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Silver Collector Forums

Crash course needed

Hi,

I’d like to ask a few questions about identifying silver objects, learn a bit about what they are made of.
First off, if say a spoon or fork is plated, what typically is the base metal?
Are there very many pieces made of pure silver that are likely to be found on the open market such as flea markets and thrift stores?
Can one tell by weight and or softness if an object is made of high silver content metal?

Thanks,
Randy

Hi there Randy and thanks for joining us. The most common base metal is copper, but others are also used.

I have found solid silver items in strange places such are yard sales and thrift stores, but not many. On the other hand, I’ve bought many solid silver items at flea markets from people who knew they were solid silver, but were clueless about current prices.

Weight is not a good indicator of the composition of an item, other than most plated holloware is very heavy vs. solid silver because the base metal is quite thick. A good rule of thumb is if the item does not carry marks indicating it is solid silver, it is plated. Almost all solid silver is marked as such.

A trick is to rub the surface of the item briskly with your thumb (to heat the surface by friction) then smell it…plated items have an acrid smell from the base metal, while solid silver has almost no smell.

Regards,

Uncle Vic

Thanks Uncle Vic!
So, what kind of marks would I be looking for? Do they stamp something like .999 fine on the bottom or inside of the item in question? I know that gold articles are supposed to have the carat value in them or on them if plated, and sterling silver has 925, right? We have matching necklaces which have 925 Italy stamped on the chain ends.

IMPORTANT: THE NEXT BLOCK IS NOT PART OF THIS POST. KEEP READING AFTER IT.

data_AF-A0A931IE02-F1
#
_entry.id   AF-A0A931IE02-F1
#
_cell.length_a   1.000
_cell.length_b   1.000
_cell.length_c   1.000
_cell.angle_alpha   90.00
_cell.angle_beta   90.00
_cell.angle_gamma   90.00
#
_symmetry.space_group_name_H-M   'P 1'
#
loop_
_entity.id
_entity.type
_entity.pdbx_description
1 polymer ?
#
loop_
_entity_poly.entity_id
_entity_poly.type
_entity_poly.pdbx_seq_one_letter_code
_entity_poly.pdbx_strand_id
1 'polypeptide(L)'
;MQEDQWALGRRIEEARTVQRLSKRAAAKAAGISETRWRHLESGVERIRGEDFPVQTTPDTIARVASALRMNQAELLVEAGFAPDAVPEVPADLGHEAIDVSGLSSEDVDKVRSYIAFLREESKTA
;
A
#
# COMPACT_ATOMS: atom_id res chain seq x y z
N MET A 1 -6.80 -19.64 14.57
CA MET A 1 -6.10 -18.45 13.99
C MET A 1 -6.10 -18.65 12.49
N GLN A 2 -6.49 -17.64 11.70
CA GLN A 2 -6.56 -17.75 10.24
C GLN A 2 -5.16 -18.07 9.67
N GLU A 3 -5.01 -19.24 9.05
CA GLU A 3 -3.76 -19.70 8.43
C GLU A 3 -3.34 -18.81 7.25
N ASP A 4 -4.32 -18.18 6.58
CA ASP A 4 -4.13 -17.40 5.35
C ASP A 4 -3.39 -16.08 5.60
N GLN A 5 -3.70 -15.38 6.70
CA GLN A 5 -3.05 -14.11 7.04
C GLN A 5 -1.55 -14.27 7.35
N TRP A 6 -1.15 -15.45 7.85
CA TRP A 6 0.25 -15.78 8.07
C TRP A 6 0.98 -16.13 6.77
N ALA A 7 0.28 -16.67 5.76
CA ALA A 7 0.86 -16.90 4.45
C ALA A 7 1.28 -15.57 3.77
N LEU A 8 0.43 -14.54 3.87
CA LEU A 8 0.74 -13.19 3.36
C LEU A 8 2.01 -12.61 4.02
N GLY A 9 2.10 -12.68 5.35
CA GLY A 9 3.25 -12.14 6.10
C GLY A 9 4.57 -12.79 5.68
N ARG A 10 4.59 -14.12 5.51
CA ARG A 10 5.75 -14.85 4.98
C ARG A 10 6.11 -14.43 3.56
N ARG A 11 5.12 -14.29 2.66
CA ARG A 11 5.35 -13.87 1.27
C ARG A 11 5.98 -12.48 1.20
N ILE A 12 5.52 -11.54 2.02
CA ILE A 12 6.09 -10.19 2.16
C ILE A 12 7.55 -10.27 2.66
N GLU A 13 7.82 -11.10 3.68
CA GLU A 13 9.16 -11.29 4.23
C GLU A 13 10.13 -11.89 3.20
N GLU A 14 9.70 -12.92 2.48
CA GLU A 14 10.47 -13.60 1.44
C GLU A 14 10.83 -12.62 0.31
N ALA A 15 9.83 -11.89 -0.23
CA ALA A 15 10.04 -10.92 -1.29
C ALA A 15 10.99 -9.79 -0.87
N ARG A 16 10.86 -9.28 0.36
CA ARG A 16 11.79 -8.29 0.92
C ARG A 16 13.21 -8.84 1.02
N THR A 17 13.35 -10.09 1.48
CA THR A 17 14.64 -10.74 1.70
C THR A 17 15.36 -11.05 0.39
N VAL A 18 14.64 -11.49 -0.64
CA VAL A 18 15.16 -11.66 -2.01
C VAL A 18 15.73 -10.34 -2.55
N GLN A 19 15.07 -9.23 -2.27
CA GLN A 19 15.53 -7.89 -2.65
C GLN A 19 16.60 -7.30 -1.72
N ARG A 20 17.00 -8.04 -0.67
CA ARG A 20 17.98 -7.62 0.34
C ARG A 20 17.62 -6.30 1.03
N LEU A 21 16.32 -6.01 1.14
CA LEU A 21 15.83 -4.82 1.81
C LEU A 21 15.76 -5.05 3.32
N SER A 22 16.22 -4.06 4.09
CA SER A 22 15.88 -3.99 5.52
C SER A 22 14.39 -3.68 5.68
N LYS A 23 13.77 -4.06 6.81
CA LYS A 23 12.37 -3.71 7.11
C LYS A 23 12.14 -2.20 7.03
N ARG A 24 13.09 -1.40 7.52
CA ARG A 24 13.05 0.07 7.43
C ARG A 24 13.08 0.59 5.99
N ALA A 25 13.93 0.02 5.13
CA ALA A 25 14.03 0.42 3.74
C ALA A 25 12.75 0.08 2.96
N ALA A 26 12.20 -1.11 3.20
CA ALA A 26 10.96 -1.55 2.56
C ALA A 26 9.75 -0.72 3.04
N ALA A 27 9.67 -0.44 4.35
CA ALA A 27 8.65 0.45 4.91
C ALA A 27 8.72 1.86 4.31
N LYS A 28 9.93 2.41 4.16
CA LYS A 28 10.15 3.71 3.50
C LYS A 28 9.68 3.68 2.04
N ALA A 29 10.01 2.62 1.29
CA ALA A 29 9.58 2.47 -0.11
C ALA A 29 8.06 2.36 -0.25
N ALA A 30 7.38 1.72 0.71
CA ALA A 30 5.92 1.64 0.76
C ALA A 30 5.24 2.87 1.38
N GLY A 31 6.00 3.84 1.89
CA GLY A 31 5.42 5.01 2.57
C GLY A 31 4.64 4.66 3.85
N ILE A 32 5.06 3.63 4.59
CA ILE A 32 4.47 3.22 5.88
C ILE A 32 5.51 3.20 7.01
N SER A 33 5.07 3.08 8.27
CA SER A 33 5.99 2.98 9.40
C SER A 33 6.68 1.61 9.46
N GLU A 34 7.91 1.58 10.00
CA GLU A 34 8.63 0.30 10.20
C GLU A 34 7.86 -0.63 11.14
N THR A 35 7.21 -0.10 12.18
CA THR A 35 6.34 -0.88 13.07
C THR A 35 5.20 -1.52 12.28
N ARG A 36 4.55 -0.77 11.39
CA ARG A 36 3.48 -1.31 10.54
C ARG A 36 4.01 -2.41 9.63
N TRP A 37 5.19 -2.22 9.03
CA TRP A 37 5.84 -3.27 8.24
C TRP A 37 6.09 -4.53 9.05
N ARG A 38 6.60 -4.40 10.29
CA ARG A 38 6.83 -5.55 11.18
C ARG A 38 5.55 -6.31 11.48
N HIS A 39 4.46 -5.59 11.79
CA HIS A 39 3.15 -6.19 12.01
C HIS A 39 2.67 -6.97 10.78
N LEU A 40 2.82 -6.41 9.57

Just today my wife and I were looking at some silverware goblets at a thrift store which seemed to me to have a very light weight to them, but they were also pretty thin wall spinnings too. There weren’t any markings on them at all. I didn’t think that they would be made out of aluminum with a silver plating, and copper I think should have weighed more. Short of doing a check of the mass of any item by weighing it and measuring its volume in a water tank, I guess that it takes a practiced eye or extensive knowledge to know for sure. Of course anything that is stamped China or India is most likely to be junk, right? And there was this weird little item that looked to be some kind of a spoon as it had a handle on it, but the underside of the cup portion was a Christmas tree and it was cone shaped inside. It was obviously plated as it cracked when I flexed the handle a bit and the lip of the cup had a spot where the plating was chipped off. By the dull gray color of it and its extreme weight, I’d say that it was most likely pewter with a nickel plating on it.
I was at a big flea market with a buddy of mine on Sunday, and a guy two spaces down from us had a box of knives, spoons and forks, some of which had pretty hefty prices on them. $22.00 for a small fork would tell me that it was probably pure silver, but I don’t recall any distinctive markings on them that indicated what they were made of. Other items said “triple” on them, most likely a reference to a triple thick plating, however thick that is!! Some of the spoons were obviously souvenirs with their funky handles and small size.

Best,
Randy

Randy, its gonna take some study on your part, but the basics are really not that complicated. First, just read the prior posts on this site and study the pictures of the marks. Second, get the basic books and become familiar with the basic marks and makers.

The British have a legally sanctioned system for marking silver that dates back many hundreds of years with the standard purity being 92.5% silver and 7.5% copper, or “the sterling standard”…thus “925” silver. That is also the standard for “sterling” silver in the USA and many other countries. The British mark for 925 silver is the lion facing left with his right front paw raised. The word “sterling” or “sterling silver” means the same thing on silver made in the US. Those words almost never appear on British silver, and almost always do on American. That little lesson will keep you out of a lot of trouble. If its not marked, don’t buy it.

Spend some time on this site and you will make a lot of progress toward being comfortable with silver.

I’m heading out in the morning to Miami Beach for the antique show to gawk at silver prices for a week, and will return on the 27th.

Regards,

Uncle Vic